Why do we prefer asking our friends for recommendations when review apps like Google, Amazon, OpenRice, TripAdvisor, and Yelp are widely adopted?
I do not think it is for fear of fake reviews. I mean, we should be weary of fake reviews – there certainly is a proliferation of fake reviews – but, at least for me, that has not been the primary reason why I ask my friends for recommendations. (Having said that, I found out recently that even when a product has thousands of reviews, a significant portion of them could be fake. Use fakespot.com and see for yourself.)
I believe there are five reasons why I still ask my friends for recommendations:
Friends are generally more trustworthy in terms of authenticity and objectiveness. They are not trying to sell me anything.
The second is that we are not all alike. My interests, values, and lifestyles – psychographics – are likely different than say a young teenager’s. What one person likes does not mean others will like the same thing. When I see thousands of reviewers giving high ratings to a particular restaurant, I still need to read the reviews to get some assurance that a like minded individual finds the restaurant good, because the thousands of reviewers could all be tourists with different tastes from mine. Recommendations from a friend, on the other hand, would likely be more in line with my psychographics as he or she would be familiar with my interests, values and lifestyle.
Third, I often find myself looking for something specific based on how I feel or on my needs at the time. For example, I might be looking for a vacuum cleaner that can be serviced in Hong Kong that is good for cleaning carpets in households with yet-to-be potty-trained puppies. I might be looking for a dentist who is good with kids. When my request is this specific, I do have to ask my friends or end up calling a whole bunch of places to ask them.
Few Reviews for Non-Social Places and Things
Fourth, not all business types get reviews. I find that social establishments like restaurants and tourist locations get a lot of reviewers whereas less sociable establishments like dentists, doctors, plumbers, faucet retailers do not receive many reviews if at all. Again, for these businesses, I end up having to ask friends and family.
Inundated with Too Much Information
Lastly, there is a lot of information out there (perhaps not for non-social businesses), and trying to sift through all of them simply is not possible for someone with very little patience like myself. I rely on others whom I trust to curate this information for me.
Well, in short, I think recommendations are more trustworthy, more suitable, more relevant and easier to get when we ask a friend for them. Sounds obvious? Yet, I can’t help but wonder in this day and age with data abound, ubiquitous access to mobile computers, artificial intelligence, and behavioral tracking software, why do we still resort to asking friends for recommendations? Why has not technology provided a solution that addresses the above issues? I guess it is not that big of an issue if you had a lot of friends who are always available to give you recommendations, but for me that unfortunately is not the case.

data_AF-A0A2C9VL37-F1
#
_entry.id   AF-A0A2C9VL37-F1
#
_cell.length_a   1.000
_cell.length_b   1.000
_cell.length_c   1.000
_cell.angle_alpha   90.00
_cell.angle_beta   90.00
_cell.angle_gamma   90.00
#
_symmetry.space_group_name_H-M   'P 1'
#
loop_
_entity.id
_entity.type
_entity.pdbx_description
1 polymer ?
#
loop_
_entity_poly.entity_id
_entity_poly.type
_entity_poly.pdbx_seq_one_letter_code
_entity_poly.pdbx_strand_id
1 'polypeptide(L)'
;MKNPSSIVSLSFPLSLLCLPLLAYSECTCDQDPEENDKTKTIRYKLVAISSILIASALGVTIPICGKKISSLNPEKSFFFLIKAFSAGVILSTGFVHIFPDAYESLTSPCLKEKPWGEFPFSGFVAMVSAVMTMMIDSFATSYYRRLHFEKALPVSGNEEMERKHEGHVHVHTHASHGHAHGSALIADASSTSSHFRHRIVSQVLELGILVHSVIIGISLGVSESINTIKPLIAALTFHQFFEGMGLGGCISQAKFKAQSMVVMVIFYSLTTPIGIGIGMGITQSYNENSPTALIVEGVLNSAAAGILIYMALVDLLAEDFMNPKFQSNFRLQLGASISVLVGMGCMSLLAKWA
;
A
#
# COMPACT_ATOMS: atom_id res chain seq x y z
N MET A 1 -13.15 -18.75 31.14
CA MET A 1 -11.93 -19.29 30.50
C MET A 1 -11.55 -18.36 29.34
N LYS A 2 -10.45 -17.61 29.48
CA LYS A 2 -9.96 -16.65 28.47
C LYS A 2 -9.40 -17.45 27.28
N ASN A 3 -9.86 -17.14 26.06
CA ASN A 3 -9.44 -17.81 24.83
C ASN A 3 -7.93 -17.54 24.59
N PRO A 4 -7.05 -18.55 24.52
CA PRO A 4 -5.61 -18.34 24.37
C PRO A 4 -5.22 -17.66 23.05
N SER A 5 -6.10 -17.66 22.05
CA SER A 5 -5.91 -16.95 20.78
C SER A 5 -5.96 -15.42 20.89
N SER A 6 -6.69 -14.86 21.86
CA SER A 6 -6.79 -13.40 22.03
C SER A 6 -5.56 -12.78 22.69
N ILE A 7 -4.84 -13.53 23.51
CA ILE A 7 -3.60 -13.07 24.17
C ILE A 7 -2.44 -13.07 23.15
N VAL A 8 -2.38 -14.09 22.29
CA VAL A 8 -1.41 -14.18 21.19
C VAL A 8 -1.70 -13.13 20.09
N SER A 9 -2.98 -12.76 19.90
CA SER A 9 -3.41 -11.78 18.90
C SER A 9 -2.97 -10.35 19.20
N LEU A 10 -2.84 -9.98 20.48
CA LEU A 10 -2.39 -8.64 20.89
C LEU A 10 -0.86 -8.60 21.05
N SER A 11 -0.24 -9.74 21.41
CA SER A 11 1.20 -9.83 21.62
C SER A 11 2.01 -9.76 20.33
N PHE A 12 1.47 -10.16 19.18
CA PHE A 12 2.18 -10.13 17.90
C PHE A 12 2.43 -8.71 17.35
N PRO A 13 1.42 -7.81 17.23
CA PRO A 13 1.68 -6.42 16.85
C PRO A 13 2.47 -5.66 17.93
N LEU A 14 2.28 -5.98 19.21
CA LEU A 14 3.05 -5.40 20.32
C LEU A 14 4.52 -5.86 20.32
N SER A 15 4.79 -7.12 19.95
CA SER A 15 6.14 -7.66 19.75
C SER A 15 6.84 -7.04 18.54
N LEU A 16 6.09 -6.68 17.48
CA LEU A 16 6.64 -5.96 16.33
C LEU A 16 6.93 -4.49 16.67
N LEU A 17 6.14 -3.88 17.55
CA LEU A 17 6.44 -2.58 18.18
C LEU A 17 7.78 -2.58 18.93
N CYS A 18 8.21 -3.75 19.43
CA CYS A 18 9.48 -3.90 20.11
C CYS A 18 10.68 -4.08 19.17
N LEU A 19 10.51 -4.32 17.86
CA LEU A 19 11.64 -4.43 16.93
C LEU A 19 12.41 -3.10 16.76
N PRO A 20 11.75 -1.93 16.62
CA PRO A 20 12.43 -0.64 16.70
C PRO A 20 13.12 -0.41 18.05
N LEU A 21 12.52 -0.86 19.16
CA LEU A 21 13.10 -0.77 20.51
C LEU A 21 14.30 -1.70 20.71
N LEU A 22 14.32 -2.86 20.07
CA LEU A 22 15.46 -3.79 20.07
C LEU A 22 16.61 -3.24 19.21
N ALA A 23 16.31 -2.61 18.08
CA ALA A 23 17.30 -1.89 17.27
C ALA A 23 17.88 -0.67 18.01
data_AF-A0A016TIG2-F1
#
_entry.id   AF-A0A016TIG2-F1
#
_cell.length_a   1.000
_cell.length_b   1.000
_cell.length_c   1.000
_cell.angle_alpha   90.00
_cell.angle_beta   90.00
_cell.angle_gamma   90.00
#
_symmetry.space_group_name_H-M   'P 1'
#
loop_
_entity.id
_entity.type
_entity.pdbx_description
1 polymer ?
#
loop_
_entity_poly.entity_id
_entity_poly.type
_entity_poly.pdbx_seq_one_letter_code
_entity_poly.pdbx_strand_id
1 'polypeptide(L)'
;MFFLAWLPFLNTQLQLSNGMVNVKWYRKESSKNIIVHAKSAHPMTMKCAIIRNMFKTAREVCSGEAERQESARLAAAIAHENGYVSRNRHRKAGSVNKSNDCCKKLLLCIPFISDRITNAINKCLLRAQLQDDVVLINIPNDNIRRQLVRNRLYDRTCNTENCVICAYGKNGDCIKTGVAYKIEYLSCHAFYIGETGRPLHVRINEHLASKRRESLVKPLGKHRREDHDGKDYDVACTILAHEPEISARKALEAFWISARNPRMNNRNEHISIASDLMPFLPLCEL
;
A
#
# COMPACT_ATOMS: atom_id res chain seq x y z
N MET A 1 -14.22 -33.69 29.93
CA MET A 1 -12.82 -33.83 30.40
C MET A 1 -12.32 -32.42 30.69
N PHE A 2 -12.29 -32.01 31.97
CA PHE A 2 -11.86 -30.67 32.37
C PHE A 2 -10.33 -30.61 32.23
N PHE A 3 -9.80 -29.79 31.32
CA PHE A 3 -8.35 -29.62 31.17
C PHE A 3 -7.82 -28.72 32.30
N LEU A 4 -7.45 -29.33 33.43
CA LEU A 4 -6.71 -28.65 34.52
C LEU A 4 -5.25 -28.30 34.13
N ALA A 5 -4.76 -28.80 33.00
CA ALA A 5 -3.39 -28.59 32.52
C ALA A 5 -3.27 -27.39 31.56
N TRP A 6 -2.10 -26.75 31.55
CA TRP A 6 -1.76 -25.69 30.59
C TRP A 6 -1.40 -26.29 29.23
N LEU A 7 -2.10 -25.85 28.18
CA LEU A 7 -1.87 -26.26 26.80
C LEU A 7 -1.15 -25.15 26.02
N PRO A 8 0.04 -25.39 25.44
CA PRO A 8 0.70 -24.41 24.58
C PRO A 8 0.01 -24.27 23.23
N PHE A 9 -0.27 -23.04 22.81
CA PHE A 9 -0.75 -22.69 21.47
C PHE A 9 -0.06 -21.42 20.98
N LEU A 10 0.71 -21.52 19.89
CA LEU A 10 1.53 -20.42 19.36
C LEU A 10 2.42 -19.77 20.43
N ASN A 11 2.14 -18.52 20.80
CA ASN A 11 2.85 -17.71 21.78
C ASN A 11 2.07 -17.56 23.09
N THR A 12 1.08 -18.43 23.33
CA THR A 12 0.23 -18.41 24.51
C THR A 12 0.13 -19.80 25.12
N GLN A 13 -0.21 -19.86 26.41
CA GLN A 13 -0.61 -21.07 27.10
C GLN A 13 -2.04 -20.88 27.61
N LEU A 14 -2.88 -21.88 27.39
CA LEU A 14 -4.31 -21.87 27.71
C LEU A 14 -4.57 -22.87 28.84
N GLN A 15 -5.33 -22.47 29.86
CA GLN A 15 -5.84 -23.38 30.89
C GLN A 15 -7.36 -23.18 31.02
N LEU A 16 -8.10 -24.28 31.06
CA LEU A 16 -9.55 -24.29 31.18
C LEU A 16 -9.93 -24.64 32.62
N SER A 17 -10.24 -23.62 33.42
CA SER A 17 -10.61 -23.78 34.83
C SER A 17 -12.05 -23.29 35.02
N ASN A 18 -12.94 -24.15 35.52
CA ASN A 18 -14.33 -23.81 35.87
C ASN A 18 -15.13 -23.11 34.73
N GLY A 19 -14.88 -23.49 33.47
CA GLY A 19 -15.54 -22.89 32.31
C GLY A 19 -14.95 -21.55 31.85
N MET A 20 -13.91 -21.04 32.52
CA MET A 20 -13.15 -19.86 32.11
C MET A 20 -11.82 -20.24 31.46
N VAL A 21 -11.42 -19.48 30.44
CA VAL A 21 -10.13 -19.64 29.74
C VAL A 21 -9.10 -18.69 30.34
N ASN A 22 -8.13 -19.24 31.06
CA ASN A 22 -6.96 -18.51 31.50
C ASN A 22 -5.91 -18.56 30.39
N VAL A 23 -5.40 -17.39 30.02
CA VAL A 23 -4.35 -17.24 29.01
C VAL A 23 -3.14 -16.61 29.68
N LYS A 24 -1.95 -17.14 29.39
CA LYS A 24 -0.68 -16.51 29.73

Risk of Not Getting Recommendations
I started this journey of trying to solve this issue several years ago when I ordered a generous amount products from a bathroom supply retailer. I was renovating my apartment, and needed a bathtub, faucets, sinks, etc. I put a 50% downpayment and expected the products to be delivered shortly. Months went by and no delivery. I called. I went to the store. I complained and complained. Many, many times over a period of several months. The retail store staff said it is not her fault, she sent the order to the manager. The manager said it is not her fault, the brand supplier was not delivering, and so forth. (I learned a Chinese saying then which translates to “pulling a cat’s tail”.) At the end, finally after much delay in the renovation and plenty of frustration, the products were delivered. The store staff finally admitted that it was her manager who for some reason did not want to send out the products (probably for cashflow reasons).
After that experience I really wanted to give some serious feedback to the public about the store, but there is no active BBB in Hong Kong and Yelp was not widely used in Hong Kong at the time. Google Place reviews were not yet around either. I had no recourse, and that experience is how I have come up the Bumping App today.
The Bumping App is a tool that curates recommendations from individuals with similar interests, values and lifestyle as your own, and provides them to you when you need them. I believe it addresses all the concerns I listed above about why we still ask our friends. Give it a try and let me know what you think!